Last week the UK education secretary Damian Hinds stated that were not enough children arriving into UK schools with ability to speak or read at the required level. He described this as a ‘scandal’ and there is a gap between the haves and have-not from the very beginning and this gap is very difficult to bridge.
This undoubtedly opens a massive debate into government funding, over testing and assessing in schools and the issue of the social mobility gap. Putting that to one side for now, should we ask ourselves if is there anything else we can do as parents to develop our children’s literacy skills in their formative years, ensure they’re as ready as possible for that big jump to school?
I’m fully aware that the parents we come across through our business read regularly to their children and instil a love for a good story. We all have our favourite childhood book. I loved Danny Champion of the World by Roald Dahl; the story of Danny (our downtrodden hero) ingeniously overcoming the injustices of Mr Victor Hazel (the villain) with the help of his dad. These types of memories are invaluable and as a parent we want more than anything to past on the gift of a great story to our little ones. However, Mr Hind seems to state that there is more that we should be doing. Skills such as speaking, listening, imagination, creation as well as reading and writing are, according to him, the things that are lacking. So, what else can we do?
One simple idea is the use of a story box. We used these with our children and without doubt it increased interaction, imagination and speaking and listening at story time. What is a story box I hear you say? Well, they are easy to make or buy. In the simplest of terms, a story box is nothing more than a selection of items that you can tell a story with. Whilst the story takes place your child can interact with the story, you can discuss the story and they can add their own ideas in as the story is not fixed.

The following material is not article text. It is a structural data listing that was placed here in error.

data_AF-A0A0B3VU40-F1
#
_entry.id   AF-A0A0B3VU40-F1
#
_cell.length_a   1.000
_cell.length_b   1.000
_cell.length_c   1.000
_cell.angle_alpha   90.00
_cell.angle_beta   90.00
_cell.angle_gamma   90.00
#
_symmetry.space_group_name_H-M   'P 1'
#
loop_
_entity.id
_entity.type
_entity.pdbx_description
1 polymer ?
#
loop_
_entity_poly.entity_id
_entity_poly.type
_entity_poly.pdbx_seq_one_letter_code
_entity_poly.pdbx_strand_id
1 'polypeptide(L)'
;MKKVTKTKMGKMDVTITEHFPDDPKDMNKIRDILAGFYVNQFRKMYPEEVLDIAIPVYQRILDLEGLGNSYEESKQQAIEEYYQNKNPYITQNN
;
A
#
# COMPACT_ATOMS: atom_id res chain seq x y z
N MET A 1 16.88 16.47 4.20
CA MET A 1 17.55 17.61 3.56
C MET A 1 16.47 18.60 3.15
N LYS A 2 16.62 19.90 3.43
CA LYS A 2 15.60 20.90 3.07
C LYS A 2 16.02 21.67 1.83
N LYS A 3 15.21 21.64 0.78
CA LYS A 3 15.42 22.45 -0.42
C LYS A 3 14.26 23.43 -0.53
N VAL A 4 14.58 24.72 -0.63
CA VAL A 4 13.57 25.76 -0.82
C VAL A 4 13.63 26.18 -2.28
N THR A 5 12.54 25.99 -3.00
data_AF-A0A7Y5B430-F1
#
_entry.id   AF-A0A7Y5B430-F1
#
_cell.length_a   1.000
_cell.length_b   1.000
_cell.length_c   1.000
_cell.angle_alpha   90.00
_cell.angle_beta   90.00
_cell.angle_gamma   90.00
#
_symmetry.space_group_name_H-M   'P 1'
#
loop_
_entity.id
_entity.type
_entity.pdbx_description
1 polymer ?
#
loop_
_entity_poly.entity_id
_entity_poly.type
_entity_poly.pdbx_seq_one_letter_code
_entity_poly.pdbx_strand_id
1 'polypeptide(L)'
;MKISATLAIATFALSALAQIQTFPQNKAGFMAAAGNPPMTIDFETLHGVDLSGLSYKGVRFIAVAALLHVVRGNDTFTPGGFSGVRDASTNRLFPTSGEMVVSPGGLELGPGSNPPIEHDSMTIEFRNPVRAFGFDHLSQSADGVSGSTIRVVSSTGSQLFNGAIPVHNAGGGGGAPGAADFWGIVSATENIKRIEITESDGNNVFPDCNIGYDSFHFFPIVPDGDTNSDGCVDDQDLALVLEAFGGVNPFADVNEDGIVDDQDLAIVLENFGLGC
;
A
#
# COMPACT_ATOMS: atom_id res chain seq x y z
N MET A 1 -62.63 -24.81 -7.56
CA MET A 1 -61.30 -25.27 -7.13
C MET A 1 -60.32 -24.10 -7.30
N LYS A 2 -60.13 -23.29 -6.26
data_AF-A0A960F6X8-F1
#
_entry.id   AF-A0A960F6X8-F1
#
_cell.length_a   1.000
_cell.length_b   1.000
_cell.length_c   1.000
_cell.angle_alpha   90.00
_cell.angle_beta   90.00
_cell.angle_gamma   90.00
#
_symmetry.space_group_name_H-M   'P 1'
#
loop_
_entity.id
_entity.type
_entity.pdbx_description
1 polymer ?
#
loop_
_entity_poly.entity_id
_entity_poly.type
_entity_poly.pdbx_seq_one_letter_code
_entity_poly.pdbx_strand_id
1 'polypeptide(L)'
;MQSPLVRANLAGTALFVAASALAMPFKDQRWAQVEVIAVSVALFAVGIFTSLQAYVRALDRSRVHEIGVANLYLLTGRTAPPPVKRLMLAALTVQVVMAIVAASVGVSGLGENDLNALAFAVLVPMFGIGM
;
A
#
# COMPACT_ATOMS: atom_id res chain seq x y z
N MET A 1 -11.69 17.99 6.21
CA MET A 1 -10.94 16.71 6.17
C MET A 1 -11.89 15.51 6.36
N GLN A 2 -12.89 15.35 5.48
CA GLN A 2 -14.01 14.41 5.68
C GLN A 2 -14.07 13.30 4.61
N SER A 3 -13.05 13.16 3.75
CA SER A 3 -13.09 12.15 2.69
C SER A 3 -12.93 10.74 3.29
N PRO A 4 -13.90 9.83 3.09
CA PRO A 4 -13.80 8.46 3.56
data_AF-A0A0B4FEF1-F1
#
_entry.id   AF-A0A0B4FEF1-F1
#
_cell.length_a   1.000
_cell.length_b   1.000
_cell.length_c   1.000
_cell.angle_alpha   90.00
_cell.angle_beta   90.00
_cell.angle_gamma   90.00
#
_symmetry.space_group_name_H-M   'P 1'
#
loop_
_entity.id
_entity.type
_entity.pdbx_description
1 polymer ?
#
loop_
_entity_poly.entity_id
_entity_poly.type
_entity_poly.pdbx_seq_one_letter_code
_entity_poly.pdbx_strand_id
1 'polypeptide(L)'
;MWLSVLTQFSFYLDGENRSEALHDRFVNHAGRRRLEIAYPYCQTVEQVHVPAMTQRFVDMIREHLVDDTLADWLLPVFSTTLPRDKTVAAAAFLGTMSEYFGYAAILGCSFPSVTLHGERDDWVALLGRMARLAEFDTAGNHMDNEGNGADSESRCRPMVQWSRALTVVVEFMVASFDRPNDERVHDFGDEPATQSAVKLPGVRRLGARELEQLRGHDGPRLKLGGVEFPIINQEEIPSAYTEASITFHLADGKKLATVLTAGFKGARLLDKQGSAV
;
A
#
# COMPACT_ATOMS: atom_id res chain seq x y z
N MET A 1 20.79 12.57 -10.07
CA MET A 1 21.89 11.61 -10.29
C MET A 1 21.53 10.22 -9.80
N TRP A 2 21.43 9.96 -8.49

As parents we had a selection of these story boxes ready prepared, tucked away for when the occasion arose to use our imaginations. We had several homemade story boxes as well as ones we bought from suppliers. However, there is a little trick with these story boxes; it’s best to have a story in mind before you start interacting with one. There were a couple of occasions when I blindly opened a story box without a story prepared and the results were, well let’s say, less than positive. After those first few occasions I made sure I was ready. But, in a funny way, this became enjoyable to as would make up stories for my story boxes on the bus on the way to work.
Without doubt story boxes helped our children to develop their literacy skills and prepare them for school. They became more confident speakers and were able to articulate their ideas in a fluent manner as well as being able to bring to life imaginative scenarios continuing the stories after my story had finished. I am not in any way saying that these story boxes replaced the joy of a good book, they just every now and again enhanced our time story adventure time together.
For some story box ideas check them out here, http://relovedboutique.co.uk/timeless-traditional-toys/story-telling-toys/